When one of our new interventions lands and scratches an itch, the people of God respond with a simple and profound, “Thanks be to God.” Success is never final and failure is never fatal, because the universal Church is always here until Christ returns to restore all things.

4. Learn from Our Mis-Steps

It is a truism that no person or process is perfect. We are all perfectly imperfect, as I like to say. Our past is for learning purposes only. I am reminded of a line by the famous British reporter for the London Times, G.K. Chesterton, who wrote in response to this question, “What is wrong with the world?” He wrote, “I am.” So, we get up, ask for forgiveness, brush ourselves off, are repositioned in Christ and continue. That is why we need Christ, the Church and one another.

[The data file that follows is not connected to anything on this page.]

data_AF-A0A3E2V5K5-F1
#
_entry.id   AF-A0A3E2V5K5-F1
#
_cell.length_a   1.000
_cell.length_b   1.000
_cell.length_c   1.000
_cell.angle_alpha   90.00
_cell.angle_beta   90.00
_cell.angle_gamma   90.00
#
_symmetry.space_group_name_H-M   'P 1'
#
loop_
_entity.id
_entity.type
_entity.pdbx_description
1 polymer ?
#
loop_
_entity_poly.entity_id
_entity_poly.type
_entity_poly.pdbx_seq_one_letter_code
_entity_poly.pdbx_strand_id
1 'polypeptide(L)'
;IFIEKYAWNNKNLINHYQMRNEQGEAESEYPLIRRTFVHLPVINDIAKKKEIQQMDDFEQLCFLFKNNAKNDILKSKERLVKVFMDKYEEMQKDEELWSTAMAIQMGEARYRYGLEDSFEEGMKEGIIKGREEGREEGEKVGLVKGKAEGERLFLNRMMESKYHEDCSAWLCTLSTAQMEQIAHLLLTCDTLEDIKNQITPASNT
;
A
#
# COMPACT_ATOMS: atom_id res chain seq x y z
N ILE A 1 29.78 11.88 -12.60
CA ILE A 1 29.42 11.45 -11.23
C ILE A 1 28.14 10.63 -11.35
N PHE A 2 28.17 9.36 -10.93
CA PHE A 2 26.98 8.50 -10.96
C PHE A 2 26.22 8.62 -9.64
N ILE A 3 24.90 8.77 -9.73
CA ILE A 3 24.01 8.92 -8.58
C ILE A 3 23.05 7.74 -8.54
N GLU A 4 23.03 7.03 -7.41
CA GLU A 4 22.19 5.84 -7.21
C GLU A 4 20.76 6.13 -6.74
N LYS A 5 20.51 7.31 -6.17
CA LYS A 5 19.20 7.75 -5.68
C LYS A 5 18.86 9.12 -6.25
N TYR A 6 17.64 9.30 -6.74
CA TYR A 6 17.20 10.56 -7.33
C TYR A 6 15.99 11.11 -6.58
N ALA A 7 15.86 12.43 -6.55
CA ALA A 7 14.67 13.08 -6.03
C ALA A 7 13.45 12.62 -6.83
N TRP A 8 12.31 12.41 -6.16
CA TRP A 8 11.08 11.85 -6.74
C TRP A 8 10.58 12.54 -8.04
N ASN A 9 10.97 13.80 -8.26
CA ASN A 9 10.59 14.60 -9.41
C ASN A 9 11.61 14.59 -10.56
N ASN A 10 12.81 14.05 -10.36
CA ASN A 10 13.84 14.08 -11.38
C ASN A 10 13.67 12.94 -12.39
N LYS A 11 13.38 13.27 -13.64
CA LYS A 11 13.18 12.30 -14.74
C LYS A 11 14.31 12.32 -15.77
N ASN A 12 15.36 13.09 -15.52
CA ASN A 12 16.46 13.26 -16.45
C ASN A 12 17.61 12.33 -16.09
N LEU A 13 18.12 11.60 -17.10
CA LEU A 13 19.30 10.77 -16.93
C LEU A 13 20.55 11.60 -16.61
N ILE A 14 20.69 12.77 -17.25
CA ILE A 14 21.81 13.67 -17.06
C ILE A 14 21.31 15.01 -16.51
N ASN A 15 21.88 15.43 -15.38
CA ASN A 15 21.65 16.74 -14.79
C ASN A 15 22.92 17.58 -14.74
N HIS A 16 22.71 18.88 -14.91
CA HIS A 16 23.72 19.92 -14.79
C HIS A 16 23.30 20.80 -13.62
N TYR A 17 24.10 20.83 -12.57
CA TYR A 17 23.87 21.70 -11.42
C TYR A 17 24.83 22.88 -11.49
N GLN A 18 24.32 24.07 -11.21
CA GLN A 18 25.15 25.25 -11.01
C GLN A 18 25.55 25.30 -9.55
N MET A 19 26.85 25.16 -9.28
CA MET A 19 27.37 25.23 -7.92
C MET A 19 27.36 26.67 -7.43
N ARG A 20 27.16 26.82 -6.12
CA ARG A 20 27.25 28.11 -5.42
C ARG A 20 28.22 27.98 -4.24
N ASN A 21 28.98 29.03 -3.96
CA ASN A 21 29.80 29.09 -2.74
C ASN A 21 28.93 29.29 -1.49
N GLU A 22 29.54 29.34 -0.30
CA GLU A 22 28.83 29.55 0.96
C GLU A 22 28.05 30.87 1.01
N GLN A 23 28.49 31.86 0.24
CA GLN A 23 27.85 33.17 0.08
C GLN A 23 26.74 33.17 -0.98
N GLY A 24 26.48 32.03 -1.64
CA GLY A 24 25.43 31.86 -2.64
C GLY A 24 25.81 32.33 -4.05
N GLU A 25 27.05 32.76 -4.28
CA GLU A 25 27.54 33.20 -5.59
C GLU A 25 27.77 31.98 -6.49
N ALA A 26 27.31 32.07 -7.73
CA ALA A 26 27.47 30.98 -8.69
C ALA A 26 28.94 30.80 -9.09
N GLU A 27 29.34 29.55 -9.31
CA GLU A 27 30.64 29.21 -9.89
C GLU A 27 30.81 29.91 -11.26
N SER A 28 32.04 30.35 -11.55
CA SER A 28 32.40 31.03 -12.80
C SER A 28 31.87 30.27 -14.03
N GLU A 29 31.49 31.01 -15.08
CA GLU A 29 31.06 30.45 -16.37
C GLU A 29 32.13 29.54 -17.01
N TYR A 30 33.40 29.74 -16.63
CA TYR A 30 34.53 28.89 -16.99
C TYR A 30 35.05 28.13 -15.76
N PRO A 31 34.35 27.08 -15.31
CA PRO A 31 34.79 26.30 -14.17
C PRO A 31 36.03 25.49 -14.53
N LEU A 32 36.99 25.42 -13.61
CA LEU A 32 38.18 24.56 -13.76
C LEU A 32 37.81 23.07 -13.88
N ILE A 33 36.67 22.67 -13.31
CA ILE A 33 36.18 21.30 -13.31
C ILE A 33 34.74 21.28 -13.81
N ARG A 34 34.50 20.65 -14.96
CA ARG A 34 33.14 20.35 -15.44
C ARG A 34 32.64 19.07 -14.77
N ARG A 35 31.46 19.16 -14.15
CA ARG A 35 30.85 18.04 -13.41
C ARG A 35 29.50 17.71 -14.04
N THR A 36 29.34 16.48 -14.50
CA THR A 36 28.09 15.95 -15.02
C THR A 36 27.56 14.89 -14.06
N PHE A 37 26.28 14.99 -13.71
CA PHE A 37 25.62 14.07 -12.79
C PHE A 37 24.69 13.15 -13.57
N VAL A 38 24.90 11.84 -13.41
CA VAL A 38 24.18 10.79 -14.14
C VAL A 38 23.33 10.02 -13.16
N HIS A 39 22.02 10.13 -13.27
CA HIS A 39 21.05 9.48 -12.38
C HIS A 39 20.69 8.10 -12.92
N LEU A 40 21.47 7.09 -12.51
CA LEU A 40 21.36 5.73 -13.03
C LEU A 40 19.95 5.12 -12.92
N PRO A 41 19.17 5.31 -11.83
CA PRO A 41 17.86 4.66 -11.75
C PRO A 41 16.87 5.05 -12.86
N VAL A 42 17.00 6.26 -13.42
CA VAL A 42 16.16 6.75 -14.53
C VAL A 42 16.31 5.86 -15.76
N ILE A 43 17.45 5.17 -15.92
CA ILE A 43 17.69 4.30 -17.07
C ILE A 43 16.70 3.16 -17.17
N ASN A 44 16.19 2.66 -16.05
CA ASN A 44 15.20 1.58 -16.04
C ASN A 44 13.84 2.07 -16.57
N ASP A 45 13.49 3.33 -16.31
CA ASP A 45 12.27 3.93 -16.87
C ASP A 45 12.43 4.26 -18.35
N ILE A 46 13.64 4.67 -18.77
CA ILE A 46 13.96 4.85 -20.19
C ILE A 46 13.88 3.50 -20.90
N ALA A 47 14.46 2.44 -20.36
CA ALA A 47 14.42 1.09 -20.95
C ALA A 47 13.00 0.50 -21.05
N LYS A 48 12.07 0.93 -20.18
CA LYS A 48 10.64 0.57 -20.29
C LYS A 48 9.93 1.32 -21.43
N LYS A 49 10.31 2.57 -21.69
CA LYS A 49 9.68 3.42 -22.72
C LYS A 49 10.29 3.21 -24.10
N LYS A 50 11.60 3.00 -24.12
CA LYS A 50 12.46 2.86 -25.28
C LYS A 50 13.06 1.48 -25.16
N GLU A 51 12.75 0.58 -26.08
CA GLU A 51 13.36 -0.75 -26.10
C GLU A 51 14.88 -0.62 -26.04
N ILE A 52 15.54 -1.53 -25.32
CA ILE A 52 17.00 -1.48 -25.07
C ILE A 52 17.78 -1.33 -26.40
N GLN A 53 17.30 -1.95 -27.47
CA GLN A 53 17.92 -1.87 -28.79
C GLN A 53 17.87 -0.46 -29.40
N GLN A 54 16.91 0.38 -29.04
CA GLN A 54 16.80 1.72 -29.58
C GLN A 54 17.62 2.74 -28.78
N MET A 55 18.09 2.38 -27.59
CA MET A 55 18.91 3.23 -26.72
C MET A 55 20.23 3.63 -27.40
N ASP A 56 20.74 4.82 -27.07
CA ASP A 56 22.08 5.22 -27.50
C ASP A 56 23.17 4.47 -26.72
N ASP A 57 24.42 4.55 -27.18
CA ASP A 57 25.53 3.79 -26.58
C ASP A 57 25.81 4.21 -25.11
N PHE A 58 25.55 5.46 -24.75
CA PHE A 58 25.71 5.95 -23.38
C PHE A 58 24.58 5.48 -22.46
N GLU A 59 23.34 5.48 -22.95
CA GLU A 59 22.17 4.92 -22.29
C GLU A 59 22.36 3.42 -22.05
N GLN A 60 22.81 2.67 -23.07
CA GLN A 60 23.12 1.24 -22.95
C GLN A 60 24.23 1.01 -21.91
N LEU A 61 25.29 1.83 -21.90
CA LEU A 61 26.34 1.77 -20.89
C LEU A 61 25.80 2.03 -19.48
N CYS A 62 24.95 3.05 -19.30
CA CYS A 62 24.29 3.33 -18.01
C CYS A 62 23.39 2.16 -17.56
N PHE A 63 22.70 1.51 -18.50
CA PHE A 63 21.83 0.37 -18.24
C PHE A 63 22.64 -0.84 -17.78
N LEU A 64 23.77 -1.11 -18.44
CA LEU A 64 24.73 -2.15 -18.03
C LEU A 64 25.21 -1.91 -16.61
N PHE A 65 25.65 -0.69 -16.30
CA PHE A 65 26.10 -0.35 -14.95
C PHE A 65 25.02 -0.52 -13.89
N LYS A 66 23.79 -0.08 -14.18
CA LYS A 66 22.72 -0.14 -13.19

5. Trust God. Be Kind to One Another. Respect All.

Good blogs are no more than 450 words, which is why I combined the last three into one. It is all about God. It seems to me that the remainder of the world is parsimoniously prattling on like a rabid dog. It is a good time to step back. Take a breath. Remember these habits and listen to one another. A good and Godly conversation is one in which all parties at the table bend toward one another and all leave the table slightly changed. This is the essence of the gospel: before Resurrection Sunday, there is Good Friday.

Just a few thoughts …


Posted by Tobin Wilson with

This mountain is not smooth, but please work with us